We're thinking of installing an "Invisible Fence" like system to contain our poodles – a miniature and standard puppy. I'm inclined to purchase parts and install it ourselves rather than have a contractor do it. Are there important features to look for in selecting a system?

Some of the features that I think we'd like are:

  • A small, light collar for the miniature
  • Rechargeable batteries
  • Battery backup for power outages
  • A remote to disable the system when taking the dog(s) across the barrier
  • Integration with a dog door (collar identifies dog to the door)
  • We have a few related questions that might provided some guidance with tags containment+dogs but I don't see a full answer to your question. I look forward to seeing the answser. Aug 18, 2015 at 10:27
  • Can't answer your question but wanted to briefly note that some containment/control systems can be completely ineffective on very intelligent animals. For example, a dog that is intelligent enough to find a way to take off their collar, move collar-shock-pins to an ineffective place, or rapidly wear down the collar battery so it is inactive. Before installing an expensive system, it's worth considering if you fall into this sort of odd-ball case.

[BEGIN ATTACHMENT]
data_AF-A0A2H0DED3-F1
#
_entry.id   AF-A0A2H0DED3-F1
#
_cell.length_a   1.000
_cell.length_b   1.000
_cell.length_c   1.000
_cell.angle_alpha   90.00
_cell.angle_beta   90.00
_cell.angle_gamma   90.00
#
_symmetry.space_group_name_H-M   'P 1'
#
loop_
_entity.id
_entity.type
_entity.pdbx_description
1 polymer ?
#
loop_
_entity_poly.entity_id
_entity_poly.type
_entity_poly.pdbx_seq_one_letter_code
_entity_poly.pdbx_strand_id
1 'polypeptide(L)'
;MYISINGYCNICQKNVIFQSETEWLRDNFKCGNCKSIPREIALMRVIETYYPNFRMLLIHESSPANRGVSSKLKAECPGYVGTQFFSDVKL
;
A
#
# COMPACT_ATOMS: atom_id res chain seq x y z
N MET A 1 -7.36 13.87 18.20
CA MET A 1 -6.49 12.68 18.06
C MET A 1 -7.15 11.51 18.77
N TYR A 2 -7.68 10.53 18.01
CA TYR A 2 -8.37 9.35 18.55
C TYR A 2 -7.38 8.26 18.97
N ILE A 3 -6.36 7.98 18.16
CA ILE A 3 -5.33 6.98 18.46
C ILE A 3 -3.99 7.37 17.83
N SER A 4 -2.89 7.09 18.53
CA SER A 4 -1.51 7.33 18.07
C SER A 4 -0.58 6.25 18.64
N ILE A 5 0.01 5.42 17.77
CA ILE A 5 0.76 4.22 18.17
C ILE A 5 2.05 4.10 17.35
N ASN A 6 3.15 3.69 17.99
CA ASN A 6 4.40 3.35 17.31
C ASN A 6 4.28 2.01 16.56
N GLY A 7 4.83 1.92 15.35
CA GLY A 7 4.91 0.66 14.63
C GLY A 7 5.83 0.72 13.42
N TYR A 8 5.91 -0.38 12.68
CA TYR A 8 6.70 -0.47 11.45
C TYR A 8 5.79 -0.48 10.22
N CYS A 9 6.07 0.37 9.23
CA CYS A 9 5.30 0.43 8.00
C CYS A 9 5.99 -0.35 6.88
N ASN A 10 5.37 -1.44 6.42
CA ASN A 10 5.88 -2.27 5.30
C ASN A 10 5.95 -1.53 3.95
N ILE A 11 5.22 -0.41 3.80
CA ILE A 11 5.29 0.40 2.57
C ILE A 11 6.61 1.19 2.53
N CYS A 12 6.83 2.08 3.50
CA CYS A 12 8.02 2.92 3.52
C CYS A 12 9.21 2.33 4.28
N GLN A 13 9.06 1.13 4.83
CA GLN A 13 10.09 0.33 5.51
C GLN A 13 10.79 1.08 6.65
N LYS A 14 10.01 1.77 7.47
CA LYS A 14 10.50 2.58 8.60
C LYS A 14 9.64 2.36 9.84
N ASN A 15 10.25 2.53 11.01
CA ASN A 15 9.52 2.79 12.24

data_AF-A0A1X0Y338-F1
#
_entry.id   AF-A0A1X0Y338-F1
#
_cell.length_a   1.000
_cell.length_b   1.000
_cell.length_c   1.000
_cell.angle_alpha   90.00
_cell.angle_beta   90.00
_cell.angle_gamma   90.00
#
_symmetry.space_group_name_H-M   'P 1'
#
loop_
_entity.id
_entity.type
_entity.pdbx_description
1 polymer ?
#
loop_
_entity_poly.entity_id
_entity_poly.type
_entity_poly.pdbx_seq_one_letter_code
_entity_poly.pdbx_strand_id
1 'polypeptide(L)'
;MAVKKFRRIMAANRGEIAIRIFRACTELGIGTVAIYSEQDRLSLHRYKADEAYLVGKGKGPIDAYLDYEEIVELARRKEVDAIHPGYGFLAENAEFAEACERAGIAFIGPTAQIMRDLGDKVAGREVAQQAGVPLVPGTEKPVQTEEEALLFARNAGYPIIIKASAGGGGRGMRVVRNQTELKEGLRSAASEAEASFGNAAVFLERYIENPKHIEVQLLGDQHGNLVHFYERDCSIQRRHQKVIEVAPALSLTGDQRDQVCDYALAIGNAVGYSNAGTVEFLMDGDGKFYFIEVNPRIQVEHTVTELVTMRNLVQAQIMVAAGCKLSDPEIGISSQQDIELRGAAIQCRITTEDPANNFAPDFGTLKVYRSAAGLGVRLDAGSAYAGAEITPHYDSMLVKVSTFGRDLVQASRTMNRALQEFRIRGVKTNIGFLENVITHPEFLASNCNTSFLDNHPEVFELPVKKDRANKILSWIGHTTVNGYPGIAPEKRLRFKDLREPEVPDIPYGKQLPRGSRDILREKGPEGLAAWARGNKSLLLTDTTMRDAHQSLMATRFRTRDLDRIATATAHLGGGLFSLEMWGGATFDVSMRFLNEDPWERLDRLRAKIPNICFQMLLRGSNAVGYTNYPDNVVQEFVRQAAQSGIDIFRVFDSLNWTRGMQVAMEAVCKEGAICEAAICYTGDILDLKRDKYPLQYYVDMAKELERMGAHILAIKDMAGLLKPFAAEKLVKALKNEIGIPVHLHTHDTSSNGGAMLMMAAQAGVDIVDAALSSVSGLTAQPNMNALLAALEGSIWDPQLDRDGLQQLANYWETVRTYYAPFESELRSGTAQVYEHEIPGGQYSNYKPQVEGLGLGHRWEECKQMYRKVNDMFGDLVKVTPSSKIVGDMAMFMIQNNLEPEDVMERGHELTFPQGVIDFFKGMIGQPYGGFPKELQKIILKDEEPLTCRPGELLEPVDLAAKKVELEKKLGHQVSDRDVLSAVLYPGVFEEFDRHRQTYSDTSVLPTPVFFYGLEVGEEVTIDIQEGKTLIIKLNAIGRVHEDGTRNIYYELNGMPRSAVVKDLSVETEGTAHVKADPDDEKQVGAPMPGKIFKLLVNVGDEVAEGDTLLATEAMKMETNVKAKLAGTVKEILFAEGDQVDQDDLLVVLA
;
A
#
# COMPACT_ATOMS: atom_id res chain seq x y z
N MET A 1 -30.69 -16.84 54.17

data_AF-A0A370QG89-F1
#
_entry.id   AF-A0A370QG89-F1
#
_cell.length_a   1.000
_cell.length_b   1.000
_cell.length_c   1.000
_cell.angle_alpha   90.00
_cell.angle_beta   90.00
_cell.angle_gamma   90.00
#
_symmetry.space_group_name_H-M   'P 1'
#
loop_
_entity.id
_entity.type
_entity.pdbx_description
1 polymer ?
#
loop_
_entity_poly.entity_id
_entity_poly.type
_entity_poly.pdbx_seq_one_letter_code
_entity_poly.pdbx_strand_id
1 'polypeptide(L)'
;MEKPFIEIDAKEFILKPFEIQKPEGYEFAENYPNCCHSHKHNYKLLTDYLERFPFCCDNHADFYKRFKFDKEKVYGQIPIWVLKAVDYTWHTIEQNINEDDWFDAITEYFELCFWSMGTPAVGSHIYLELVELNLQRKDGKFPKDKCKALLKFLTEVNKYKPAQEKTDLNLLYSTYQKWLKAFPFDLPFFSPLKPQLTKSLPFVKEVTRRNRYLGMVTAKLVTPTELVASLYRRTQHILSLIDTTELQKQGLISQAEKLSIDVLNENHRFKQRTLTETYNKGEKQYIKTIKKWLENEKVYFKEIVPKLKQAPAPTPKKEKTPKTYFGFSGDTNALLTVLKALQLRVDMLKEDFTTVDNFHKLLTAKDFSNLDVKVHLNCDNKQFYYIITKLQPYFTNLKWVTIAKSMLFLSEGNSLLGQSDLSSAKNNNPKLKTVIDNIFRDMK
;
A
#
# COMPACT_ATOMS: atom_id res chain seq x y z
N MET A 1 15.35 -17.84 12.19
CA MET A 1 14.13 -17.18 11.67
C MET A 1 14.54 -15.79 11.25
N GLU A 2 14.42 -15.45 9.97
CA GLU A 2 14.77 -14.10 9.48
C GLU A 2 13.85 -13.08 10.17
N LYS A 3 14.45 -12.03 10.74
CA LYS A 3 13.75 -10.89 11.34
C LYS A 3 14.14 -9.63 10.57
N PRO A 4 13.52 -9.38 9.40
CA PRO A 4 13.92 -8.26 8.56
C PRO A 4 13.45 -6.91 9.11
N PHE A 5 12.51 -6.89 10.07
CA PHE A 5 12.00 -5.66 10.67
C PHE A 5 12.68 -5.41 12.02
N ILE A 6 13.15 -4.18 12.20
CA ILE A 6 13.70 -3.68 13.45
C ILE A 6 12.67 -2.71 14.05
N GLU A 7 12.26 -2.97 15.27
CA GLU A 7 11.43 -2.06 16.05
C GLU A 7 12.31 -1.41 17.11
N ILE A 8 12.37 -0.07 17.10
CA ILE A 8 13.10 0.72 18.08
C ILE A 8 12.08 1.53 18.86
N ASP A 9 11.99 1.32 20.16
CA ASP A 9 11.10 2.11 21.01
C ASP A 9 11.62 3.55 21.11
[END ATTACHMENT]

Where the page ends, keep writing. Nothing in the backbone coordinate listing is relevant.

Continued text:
– rlb.usa
    Aug 18, 2015 at 16:57
  • 1
    Before spending money I'd really think about what you're trying to do. If all you want to do is keep your dog out of the flowers, this can usually be thought without spending any money in a few days. Do you plan on placing it around the borders of your yard, where there is no fence? I'm not sure I'd let poodles run around alone.
    – Mario
    Aug 23, 2015 at 8:09
  • Why not let poodles run around alone? Mostly the idea is to keep them out of the road while we're around the house.
    – dlu
    Aug 23, 2015 at 17:12

2 Answers 2


You can definitely do this. I installed my system myself about 20 years ago. I have replaced several components over the years, but it has been functioning all that time. I am now starting to train my sixth dog on it. Here are the things I think you should look for and/or be aware of: